Music Street cellist Rainer Crosett Awarded Coveted 2018 Pierre Fournier Award

American Cellist Rainer Crosett Awarded Coveted 2018 Pierre Fournier Award

26-year-old American cellist Rainer Crosett has been awarded the 2018 Pierre Fournier Award - at Wigmore Hall, in London

July 5, 2018

It has been announced today that 26-year-old American cellist Rainer Crosett has been awarded the 2018 Pierre Fournier Award – at Wigmore Hall, in London.

Presented biennially since 1988, the award aims to assist exceptionally talented young cellists, 30 years and younger, who show outstanding promise for an international career.

A graduate of Harvard University and the New England Conservatory, and current student of Ralph Kirshbaum at the University of Southern California’s Thornton School of Music, Rainer is a former prize winner at the Houston Symphony Orchestra’s Ima Hogg Concerto Competition.

He will receive a recital at London’s Wigmore Hall, a concerto performance with the Philharmonia Orchestra – plus a CD recording and a number of chamber music opportunities.


20-year-old Hayoung Choi from South Korea was awarded this year’s £1000 incentive grant.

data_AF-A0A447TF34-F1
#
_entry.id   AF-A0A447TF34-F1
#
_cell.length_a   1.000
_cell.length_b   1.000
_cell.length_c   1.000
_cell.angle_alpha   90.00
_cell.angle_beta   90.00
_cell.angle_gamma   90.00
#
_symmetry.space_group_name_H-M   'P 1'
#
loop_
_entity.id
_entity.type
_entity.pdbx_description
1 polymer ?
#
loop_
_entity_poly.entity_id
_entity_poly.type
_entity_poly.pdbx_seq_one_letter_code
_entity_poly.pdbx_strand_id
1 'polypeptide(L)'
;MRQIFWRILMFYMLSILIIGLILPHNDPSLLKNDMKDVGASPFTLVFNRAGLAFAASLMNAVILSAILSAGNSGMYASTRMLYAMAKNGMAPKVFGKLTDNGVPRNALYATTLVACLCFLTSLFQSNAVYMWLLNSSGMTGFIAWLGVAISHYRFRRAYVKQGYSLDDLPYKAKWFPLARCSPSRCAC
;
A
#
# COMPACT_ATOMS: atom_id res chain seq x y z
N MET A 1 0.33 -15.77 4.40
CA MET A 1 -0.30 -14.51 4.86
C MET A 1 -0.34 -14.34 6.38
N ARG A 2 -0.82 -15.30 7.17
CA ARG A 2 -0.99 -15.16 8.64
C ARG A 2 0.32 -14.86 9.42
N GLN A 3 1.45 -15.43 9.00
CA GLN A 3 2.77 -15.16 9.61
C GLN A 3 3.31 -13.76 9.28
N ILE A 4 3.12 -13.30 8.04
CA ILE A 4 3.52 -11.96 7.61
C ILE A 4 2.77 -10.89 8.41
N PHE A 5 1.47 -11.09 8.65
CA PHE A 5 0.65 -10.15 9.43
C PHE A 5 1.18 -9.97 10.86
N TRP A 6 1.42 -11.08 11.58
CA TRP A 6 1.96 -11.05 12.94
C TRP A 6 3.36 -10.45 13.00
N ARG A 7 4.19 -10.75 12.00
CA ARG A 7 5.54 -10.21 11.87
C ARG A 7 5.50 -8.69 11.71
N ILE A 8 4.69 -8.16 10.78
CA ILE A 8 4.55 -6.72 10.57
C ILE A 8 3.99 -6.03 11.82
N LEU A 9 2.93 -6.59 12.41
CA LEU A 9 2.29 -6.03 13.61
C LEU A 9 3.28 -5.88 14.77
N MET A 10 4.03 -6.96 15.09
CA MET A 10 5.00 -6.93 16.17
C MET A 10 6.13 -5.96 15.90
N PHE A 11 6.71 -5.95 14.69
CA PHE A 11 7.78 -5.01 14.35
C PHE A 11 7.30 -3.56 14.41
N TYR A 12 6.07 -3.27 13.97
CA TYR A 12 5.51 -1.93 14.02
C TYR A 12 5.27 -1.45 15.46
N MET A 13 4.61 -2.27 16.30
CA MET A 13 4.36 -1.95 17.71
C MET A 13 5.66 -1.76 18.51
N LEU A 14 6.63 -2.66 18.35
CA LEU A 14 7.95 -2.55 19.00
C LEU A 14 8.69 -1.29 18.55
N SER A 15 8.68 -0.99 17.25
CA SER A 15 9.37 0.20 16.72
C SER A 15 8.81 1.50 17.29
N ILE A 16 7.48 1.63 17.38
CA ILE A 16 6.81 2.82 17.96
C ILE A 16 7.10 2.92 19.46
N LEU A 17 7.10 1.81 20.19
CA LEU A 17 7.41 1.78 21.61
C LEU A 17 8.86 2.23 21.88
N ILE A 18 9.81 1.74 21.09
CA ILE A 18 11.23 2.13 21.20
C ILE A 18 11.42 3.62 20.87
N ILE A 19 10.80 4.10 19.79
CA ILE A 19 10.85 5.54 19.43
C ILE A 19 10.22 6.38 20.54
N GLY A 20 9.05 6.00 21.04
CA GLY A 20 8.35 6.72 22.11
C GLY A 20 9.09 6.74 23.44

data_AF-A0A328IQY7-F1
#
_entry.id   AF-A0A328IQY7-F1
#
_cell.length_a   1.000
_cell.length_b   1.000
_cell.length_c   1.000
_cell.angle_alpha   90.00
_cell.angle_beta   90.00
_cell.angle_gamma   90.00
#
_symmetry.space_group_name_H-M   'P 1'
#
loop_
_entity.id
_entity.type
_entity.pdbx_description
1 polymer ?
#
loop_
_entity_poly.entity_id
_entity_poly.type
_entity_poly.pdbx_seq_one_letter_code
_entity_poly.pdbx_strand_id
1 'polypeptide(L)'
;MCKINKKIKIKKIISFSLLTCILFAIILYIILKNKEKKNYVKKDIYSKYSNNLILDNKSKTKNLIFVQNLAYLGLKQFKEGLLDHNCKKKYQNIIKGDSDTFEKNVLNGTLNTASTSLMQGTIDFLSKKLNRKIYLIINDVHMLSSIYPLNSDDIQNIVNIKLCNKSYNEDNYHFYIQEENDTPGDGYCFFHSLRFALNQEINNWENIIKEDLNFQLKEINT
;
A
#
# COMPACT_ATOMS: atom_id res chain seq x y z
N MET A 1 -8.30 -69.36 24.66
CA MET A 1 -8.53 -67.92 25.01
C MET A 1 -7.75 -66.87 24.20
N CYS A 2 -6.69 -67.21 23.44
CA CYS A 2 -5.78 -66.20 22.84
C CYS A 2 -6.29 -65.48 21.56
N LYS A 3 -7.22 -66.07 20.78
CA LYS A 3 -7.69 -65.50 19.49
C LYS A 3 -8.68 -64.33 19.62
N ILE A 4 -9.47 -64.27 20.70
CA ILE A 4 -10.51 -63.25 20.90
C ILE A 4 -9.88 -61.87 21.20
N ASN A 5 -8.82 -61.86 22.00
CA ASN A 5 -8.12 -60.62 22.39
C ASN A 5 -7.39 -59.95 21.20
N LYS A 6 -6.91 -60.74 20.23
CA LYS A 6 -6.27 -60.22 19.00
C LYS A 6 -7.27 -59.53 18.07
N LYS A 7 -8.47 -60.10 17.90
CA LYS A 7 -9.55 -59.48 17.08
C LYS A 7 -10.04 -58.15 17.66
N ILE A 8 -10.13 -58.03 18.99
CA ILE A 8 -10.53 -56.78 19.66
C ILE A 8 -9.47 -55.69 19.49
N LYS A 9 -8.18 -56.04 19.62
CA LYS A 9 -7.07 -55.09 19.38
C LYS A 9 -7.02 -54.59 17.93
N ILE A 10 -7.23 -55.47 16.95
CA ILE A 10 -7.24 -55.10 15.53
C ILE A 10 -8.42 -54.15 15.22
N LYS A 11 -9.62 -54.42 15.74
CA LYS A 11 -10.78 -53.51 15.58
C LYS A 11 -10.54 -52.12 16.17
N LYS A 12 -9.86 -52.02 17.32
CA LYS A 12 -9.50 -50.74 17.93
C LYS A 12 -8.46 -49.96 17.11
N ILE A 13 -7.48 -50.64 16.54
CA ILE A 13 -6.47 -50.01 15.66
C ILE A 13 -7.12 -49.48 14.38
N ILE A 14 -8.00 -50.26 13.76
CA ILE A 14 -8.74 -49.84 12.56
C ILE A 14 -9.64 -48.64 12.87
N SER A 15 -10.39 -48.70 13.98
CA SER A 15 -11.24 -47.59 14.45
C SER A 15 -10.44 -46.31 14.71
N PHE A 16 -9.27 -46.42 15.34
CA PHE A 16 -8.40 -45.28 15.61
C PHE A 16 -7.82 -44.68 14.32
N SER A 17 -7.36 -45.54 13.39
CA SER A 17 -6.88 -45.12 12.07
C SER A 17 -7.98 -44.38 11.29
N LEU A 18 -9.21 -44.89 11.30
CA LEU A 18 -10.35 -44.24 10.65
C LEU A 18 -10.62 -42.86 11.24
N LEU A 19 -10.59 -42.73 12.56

The 2018 jury comprised Ralph Kirshbaum, Guy Johnston, Rebecca Gilliver, Melissa Phelps, Gyorgy Pauk, Raphael Wallfisch, Timothy Walden and Helen Sprott.

Previous recipients include: Chiara Enderle, Mikhail Nemtsov, Gabriel Schwabe, Gemma Rosefield and Richard Harwood.

Annual “Remembering the Rosenthals” Concert Music Street presents “Musical Spice and Musical Soul” 

On Saturday, June 10th at 4:00pm, the West Tisbury Library’s annual “Remembering the Rosenthals” concert will showcase collaborative pianist Diane Katzenberg Braun and musicians of the New England Conservatory in Boston. Braun, in collaboration with clarinetist Alexis Lanz, violinist I-Jung Huang, and cellist Jiyoung Lee will present “Musical Spice and Musical Soul.” This performance will include pieces by Vivaldi, Paganini, Arensky, Milhaud, Beethoven, and more. The “Remembering the Rosenthals” concert series is made possible by the generous support of Sara Rosenthal MD and Julie Prazich MD. Refreshments will be provided. No reservations necessary. This concert is free and open to the public.